It was one of AICN's weekly dvd columns that hipped me to "World's Greatest Dad". I would have otherwise never heard of it. You would think that would be a little surprising since it stars Robin Williams. Not really though. He's done some mainstream releases like "RV" but he's also been known to do the occasional off-kilter film or two. "The Final Cut" comes to mind and now this one would definitely qualify.
"World's Greatest Dad" is the story of Lance Clayton who is a man that has learned to settle. He dreamed of being an established author but managed to only make it as a high school poetry teacher. His only son, Kyle (Daryl Sabara) is a disrespectful deviant who doesn't want to give his father the time of day. Lance is dating the school's art teacher, Claire (Alexie Gilmore), but she doesn't want to be exclusive and won't acknowledge their relationship publicly.
Lance finds an opportunity to turn his luck around in the wake of a most unfortunate accident. He becomes suddenly faced with the possibility of all the fame, fortune and popularity he could ever imagine. The only problem is in order for Lance to live the life he's always dreamed of, he has to live with the knowledge of how he obtained it.
I didn't know quite what to expect going into this one. Usually when AICN highlights a dvd release, they give a little blurb about it. All they really said about this one is the less you know about it, the better. That wasn't necessarily true because you could know what the pivotal moment of the film is and still appreciate it. It essentially comes down to Williams performance as a dad who is struggling with a sense of morality versus superficiality.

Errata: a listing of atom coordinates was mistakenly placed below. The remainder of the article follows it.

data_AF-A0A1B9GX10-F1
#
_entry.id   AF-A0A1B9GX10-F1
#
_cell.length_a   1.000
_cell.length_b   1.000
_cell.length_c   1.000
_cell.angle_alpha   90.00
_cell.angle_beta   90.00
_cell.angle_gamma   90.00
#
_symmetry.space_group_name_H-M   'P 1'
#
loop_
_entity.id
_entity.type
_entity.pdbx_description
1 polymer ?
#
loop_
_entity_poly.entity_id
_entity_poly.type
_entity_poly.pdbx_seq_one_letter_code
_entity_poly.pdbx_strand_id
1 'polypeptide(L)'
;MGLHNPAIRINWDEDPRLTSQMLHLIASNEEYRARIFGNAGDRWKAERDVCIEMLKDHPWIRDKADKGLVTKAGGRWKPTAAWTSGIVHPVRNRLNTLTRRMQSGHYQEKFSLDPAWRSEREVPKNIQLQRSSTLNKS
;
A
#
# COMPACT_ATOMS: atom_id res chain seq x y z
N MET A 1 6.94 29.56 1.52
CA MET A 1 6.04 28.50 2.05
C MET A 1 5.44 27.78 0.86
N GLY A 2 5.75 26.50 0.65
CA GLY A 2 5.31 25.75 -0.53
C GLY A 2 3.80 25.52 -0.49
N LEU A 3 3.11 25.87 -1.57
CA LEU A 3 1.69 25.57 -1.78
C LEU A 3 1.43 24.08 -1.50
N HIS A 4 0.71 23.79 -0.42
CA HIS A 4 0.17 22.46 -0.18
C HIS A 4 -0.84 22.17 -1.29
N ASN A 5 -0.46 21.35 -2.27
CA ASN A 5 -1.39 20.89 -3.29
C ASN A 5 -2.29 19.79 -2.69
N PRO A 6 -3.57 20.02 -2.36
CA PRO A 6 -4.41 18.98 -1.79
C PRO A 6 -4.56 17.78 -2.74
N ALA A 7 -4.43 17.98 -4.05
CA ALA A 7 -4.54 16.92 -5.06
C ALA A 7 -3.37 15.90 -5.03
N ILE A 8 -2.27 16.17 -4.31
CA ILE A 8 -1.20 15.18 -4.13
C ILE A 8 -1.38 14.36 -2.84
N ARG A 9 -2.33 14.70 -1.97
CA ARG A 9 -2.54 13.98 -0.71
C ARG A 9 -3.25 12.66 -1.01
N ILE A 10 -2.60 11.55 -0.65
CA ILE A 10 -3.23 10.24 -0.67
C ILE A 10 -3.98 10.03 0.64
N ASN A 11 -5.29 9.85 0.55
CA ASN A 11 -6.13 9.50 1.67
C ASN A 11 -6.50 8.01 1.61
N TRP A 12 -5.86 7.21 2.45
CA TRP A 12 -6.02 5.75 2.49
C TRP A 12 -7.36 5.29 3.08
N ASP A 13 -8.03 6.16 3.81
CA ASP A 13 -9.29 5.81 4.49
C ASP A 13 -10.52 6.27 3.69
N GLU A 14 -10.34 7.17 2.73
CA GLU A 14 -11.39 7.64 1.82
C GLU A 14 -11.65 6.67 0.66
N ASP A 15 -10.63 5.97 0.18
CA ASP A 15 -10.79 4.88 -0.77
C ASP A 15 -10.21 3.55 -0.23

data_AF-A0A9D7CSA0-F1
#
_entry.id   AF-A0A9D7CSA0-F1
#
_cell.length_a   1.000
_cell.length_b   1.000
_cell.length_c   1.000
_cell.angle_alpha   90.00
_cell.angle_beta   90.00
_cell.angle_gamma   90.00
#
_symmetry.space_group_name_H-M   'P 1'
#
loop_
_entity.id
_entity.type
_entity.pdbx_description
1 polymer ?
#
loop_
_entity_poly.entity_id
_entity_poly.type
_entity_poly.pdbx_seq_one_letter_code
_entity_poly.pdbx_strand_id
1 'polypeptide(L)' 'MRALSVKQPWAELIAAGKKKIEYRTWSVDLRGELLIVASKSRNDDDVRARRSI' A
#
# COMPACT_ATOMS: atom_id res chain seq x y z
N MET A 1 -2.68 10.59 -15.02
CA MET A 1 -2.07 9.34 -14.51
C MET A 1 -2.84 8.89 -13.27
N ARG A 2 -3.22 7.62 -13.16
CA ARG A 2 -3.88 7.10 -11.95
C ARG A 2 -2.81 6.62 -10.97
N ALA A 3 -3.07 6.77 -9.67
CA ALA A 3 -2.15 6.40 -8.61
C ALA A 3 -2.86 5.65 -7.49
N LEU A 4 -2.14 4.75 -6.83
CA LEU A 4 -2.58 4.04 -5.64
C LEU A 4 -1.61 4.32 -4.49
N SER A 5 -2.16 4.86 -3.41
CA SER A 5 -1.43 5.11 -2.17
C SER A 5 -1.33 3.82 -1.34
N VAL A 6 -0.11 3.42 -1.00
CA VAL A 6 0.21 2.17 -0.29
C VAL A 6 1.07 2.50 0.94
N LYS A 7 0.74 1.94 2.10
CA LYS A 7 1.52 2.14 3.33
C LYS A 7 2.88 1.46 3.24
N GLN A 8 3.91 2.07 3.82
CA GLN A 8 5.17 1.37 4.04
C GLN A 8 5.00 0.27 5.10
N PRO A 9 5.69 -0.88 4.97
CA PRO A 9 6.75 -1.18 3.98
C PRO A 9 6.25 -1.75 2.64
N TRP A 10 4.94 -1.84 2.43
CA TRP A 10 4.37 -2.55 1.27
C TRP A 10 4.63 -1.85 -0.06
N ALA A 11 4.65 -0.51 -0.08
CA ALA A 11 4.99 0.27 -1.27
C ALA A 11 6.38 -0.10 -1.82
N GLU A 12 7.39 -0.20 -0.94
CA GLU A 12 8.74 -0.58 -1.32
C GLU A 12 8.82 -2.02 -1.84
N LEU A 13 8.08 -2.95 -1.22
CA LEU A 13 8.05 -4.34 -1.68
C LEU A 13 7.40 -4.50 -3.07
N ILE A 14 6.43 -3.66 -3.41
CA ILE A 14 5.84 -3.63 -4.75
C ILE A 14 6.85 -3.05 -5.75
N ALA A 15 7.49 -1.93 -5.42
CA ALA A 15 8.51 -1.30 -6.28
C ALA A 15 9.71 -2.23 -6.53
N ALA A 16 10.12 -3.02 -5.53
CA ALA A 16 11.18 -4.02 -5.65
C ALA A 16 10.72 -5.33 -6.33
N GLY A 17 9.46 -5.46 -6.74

More than that though, "World's Greatest Dad" takes a different look at how a death can create a phenomenon that forges both cults and celebrity. You see it all the time with celebrity deaths, but this film examines it on a more elementary level with it being in high school. It's not really that far-fetched either. People tend to exploit the dead no matter how known the deceased was. This film brilliantly explores that thru a dark sense of humor while infusing some real truths.
I was somewhat surprised to discover that this one was written and directed by none other than Bobcat Goldthwait. Only somewhat though because this clearly had a touch of his sense of humor in it. The subject matter is something that shouldn't be too amusing, but there are more than a few moments where I found myself laughing out loud. Some for such a while that I had to rewind to see what I missed. In just one movie, Bobcat has created something better than he ever has in all of his years in front of the camera.
The stats for "World's Greatest Dad" indicates it did get a very limited theatrical release. It must have been limited to only a few cities because I never heard of it. I thought for a minute it was a straight-to-dvd release. It's a shame that studios don't invest more publicity into great movies like this one so they can get into more theaters. Here we have one of the best movies of 2009 flying under that radar that clearly deserved more recognition.
My rating: A